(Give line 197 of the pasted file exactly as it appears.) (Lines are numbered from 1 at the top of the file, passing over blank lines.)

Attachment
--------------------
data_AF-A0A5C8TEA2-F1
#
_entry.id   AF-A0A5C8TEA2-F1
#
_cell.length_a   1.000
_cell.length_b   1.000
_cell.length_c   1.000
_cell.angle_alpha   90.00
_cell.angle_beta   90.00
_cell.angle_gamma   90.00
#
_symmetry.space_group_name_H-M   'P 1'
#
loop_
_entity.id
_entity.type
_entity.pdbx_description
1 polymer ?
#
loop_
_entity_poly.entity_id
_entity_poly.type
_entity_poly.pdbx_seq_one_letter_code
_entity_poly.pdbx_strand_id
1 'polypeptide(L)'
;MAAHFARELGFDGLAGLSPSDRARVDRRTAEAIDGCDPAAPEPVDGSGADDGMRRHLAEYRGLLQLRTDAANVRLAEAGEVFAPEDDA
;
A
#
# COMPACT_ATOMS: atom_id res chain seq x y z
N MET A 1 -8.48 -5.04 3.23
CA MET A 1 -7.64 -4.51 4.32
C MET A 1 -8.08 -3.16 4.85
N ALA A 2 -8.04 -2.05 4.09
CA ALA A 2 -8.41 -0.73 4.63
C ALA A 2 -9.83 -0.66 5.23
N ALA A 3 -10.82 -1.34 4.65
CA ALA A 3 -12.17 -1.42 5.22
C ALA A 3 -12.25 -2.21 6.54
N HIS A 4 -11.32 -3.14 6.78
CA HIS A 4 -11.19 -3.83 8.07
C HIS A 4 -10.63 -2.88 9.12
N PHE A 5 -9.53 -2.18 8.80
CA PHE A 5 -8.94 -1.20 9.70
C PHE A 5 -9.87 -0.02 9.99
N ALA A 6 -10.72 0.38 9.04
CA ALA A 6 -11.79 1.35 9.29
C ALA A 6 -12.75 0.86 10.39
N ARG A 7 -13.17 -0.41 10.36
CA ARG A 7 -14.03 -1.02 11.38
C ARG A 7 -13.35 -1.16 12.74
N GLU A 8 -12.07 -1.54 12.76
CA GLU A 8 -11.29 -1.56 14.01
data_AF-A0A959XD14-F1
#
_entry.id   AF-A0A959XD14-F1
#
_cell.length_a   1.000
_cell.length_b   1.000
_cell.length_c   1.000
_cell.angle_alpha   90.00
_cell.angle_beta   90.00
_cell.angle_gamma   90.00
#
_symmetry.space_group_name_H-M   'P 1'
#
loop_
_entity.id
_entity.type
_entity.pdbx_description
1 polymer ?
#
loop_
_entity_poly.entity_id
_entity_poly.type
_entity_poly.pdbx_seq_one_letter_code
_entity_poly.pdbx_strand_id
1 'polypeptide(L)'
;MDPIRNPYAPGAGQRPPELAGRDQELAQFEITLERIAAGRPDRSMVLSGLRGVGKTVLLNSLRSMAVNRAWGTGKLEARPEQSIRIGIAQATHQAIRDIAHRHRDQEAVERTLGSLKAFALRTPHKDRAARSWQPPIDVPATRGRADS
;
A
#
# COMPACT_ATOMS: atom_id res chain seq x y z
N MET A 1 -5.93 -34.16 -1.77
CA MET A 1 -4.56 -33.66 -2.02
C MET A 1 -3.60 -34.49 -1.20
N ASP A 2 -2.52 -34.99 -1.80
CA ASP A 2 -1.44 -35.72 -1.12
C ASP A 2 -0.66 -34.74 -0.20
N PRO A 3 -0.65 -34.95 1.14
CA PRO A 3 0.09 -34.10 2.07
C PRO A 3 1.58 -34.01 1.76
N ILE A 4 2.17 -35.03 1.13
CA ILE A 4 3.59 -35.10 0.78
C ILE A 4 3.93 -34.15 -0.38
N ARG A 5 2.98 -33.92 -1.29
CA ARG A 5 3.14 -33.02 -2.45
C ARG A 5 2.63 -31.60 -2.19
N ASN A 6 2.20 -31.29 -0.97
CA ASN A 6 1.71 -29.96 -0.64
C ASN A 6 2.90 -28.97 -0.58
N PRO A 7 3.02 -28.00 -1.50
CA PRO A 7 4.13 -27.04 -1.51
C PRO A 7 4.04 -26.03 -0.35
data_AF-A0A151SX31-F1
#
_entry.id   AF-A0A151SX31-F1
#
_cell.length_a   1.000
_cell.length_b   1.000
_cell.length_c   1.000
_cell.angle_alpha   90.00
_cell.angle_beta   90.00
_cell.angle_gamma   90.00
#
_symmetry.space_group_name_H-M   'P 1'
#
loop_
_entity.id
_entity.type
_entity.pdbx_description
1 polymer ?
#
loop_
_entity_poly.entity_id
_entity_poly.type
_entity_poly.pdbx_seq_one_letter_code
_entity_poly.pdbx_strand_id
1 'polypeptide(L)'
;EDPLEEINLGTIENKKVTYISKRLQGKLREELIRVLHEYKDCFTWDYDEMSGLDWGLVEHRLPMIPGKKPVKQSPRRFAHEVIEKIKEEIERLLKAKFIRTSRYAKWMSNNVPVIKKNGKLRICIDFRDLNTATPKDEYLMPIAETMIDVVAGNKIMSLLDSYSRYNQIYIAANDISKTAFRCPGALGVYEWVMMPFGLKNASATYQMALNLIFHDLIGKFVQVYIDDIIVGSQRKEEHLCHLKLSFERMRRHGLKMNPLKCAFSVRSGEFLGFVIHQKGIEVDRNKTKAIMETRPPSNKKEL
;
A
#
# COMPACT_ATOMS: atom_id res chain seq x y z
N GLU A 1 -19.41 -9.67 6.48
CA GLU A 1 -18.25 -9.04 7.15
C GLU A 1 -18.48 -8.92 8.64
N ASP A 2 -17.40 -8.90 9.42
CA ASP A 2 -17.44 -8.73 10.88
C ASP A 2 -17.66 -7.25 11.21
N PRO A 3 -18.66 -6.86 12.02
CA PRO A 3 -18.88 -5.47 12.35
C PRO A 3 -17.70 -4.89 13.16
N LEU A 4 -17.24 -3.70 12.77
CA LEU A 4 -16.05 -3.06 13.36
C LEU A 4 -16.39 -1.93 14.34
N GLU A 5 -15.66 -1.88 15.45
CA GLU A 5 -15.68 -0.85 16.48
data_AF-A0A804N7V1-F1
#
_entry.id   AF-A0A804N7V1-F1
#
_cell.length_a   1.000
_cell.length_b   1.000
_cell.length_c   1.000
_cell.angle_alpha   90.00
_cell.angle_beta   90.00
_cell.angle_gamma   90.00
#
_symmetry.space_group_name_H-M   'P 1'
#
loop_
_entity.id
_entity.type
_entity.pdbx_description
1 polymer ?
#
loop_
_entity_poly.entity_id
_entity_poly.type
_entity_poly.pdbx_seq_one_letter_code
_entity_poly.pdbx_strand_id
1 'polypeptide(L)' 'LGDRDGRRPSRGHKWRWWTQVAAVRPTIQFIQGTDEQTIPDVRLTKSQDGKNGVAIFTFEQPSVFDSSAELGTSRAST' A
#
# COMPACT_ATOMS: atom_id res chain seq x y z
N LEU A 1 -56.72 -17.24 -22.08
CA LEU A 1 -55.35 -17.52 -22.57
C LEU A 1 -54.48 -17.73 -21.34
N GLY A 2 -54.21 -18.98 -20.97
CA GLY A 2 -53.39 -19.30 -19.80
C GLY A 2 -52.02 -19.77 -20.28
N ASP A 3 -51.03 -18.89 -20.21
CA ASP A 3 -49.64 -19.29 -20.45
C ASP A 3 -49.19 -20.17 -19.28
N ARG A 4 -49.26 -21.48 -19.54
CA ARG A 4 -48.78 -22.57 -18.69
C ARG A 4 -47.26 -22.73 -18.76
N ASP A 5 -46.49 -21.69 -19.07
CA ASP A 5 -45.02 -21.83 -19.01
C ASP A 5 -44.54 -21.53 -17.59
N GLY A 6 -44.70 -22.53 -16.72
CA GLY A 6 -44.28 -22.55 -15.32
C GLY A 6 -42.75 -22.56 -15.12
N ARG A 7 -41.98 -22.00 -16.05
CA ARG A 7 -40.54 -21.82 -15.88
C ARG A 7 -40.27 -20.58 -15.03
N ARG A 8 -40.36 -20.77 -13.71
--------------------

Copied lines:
N ARG A 8 -40.36 -20.77 -13.71